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Artificial intelligence hopes to give sports commentators an assist

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Blue Spark Digital microphone
Blue Spark Digital microphone

We've seen proof that robo-journalists can outperform their human sportswriter counterparts, so moving into new professions like commentary seems like a natural progression of sorts. That's the mission Greg Lee has chosen to undertake with a new artificial intelligence system called Scores. Thankfully, rather than carrying the awkward potential of putting real people out of work, Scores is meant to help those in the commentary booth.

Machines have an endless memory bank

Lee believes that when commentators insert stories or anecdotes into their coverage, it makes for a better listening experience. But even your most experienced play-by-play analyst can only recall so much in a given moment — and that's where Scores comes in. The system works by assessing any live sporting event for what's important: which teams are involved, standout players, the current score, and so on. It parses this information against a massive database of past stories in the hopes of finding an interesting comparison to share with those tuning in. Scores narrows the choices down to those that most resemble what's happening on the field before suggesting the results to a human commentator.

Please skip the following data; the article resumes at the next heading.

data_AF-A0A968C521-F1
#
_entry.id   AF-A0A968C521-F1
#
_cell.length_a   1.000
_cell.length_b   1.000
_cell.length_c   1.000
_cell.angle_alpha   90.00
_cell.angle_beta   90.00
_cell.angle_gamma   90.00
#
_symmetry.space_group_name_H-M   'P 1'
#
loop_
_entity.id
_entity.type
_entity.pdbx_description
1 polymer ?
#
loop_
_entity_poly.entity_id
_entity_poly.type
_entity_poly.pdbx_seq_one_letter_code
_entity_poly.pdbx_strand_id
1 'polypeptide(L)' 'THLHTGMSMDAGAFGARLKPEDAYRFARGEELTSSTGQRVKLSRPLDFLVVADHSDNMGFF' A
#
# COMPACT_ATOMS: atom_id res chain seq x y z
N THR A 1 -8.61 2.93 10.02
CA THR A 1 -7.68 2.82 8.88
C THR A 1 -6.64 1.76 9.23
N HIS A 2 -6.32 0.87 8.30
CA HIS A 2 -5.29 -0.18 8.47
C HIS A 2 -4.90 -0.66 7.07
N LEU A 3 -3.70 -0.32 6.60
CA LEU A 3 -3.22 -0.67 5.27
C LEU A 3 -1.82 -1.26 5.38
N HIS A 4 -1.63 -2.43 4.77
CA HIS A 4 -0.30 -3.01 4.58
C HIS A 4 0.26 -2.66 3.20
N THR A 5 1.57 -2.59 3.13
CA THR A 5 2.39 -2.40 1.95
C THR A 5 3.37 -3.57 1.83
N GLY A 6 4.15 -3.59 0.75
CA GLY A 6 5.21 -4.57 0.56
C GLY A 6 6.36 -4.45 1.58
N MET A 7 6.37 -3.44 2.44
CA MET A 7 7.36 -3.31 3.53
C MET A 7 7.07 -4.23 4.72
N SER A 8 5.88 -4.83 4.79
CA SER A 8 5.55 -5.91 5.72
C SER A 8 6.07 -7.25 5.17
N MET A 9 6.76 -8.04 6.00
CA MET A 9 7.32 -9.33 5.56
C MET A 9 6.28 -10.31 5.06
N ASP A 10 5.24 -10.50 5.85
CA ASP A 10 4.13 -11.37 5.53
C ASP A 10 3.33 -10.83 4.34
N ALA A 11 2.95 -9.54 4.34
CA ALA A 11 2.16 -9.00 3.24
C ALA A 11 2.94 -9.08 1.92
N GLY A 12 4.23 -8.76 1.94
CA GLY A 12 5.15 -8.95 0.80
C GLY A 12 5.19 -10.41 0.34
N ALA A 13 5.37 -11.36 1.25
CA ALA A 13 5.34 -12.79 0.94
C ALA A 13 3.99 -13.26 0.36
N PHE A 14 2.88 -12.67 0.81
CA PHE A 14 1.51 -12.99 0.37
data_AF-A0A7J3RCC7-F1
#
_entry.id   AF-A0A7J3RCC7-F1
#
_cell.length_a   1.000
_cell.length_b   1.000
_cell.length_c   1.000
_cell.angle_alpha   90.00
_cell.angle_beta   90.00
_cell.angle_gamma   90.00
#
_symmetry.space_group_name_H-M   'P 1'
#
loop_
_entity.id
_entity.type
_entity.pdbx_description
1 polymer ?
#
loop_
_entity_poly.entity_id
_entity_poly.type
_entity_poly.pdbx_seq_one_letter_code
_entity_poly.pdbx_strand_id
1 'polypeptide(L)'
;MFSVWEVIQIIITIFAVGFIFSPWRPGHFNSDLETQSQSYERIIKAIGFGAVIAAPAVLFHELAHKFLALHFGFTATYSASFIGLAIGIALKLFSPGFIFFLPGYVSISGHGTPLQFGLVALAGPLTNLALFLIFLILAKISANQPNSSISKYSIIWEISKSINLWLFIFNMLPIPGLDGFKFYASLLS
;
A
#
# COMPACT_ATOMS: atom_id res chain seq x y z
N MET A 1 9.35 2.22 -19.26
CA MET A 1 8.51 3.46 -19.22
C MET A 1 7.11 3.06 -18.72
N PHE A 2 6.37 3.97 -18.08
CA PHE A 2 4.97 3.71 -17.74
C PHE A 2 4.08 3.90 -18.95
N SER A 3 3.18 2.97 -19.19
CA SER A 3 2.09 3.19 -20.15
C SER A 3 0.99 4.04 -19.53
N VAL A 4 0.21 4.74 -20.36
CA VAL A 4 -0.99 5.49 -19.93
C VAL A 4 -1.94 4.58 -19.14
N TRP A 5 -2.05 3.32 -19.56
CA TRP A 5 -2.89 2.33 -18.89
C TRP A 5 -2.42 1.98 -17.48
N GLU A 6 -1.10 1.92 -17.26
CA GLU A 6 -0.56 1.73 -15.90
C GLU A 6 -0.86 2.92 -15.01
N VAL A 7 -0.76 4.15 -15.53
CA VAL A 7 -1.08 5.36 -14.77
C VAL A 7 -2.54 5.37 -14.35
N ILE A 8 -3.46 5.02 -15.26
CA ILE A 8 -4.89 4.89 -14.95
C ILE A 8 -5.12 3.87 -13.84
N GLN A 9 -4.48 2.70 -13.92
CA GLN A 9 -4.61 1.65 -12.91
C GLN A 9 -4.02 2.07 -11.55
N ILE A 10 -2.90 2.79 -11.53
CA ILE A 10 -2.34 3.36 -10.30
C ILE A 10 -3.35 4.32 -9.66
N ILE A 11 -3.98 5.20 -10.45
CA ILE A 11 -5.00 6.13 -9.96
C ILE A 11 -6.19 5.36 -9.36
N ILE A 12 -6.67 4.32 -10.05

Processing all of that data and coming up with an appropriate match is the biggest challenge facing Lee's system; such connections are often obvious to us, but machines don't share the same logic. Yet Scores is making progress. Researches have tested the technology with pre-recorded sports broadcasts and gotten positive feedback from volunteer listeners. It's only a matter of time before your amateur commentator starts sounding more and more like Vin Scully.